God, I hate most current videogames. None of them satisfy my primal need to destroy very large objects in a realistic manner. I spent most of the past week sick, so I decided to use my enforced free time to do something about it.
Turns out that there is enough information available on this Interweb thingy to reverse-engineer the hydrodynamic modeling programs used to simulate Big Things Go Boom physics. You know, shaped charges, nuclear weapons, meteor strikes, the origin of the Moon, et cetera.
It's kind of funny that books on game physics ignore this. There is a niche here to be filled, people!
So let's start large. Let's smash planets.
The simulation of celestial mechanics has been covered extensively in the popular programming literature already. Most often, masses are treated as point sources that "collide" when a minimum distance is reached, in order to prevent crazy numerical divergences. There are sophisticated techniques to get around this problem, for close manuevers and so on. But each planet is tracked individually.
This approach is sometimes called Lagrangian simulation. Each individual mass has its coordinates tracked through space, like a fly on a screen door. But there's another possibility, where each spot on the screen's grid has its mass tracked. This is called the Eulerian method.
Already one can sense a problem with the Eulerian approach: the number of spots on the grid to be analyzed goes up as the size of the volume one is interested in. If you want to see jets of debris extending millions of miles -- and who doesn't? -- you're a little out of luck.
State of the art planet-smashing programs use a modified Lagrangian approach. Planets are composed of bundles of 'kernels', where the mass of each kernel is already spread out over a volume by means of a clever hack. Originally, programs fuzzed the mass using a Gaussian bell curve, the same sort sometimes used to grade exams around an average. But the area under a bell curve is a little time consuming to calculate cleanly, which is why statistics textbooks still have enormous tables in back.
The first simulation of the single impact lunar formation theory -- roughly, another planet strikes the early Earth, and some of the debris consolidates to form the Moon -- published by Benz, Slattery and Cameron in 1986 in the journal Icarus, used a slightly different method. There, the amount of mass in each kernel decayed exponentially from the kernel's center. This was much more mathematically tractable, though the math-savvy will see that a significant fraction of the kernel's mass must extend to infinity. More recent simulations make the math even simpler, using a smooth, quick-to-calculate curve called a spline, that has a sharp cut-off at the kernel's edge.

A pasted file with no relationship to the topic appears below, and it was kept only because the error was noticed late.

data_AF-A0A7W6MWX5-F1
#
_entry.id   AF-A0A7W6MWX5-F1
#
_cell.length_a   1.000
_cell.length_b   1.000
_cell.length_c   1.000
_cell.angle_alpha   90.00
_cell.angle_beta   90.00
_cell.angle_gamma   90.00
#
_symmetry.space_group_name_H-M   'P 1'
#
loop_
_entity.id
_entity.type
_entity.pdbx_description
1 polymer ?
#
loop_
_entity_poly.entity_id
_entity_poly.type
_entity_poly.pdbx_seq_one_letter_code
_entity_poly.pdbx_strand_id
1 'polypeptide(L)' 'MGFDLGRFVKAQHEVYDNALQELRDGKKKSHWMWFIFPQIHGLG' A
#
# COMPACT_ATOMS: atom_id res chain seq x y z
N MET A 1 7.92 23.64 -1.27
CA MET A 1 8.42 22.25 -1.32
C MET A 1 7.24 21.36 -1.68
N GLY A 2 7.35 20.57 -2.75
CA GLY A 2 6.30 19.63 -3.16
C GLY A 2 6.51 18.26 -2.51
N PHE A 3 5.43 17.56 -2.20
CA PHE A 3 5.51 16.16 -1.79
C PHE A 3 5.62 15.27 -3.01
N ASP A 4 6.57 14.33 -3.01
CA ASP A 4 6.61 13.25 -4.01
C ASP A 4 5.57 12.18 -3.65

Another simplification made in the original Icarus paper was to use only the hydrostatic (read: easy) part of the stress tensors in the calculations for the proto-Moon and the proto-Earth. Basically, this means the planets act as giant droplets of liquid. But, as the authors dryly note, "As long as the impact occurs at hypervelocity, shear strength is not important, at least during the impact and for some time afterwards".
The treatment of the shock of impact is interesting. Turns out von Neumann and Richtmyer were looking into this in the 1940s, for what reasons I couldn't begin to imagine. "In the investigation of phenomena arising in the flow of a compressible liquid, it is frequently desirable to solve the equations of fluid motion by stepwise numerical procedures," by which Johnny here means computer programs, "but the work is usually severely complicated by the presence of shocks."
To get around this problem, von Neumann and Richtmyer added a new, non-physical variable to spread the shock out over the sharp edge of impact. "Our idea is to introduce (artificial) dissipative terms into the equations so as to give the shocks a thickness comparable to (but preferably larger than) the spacing of the points of the network." These terms had the same mathematical form as the equations for viscosity, the thickness of a liquid, and so this is sometimes called the artificial viscosity.
Last but not least, we need an equation to describe the behavior of materials under extreme conditions. For some things, the equation is easy. Even in the US, high school kids learn the ideal gas equation:
P * V = n * R * T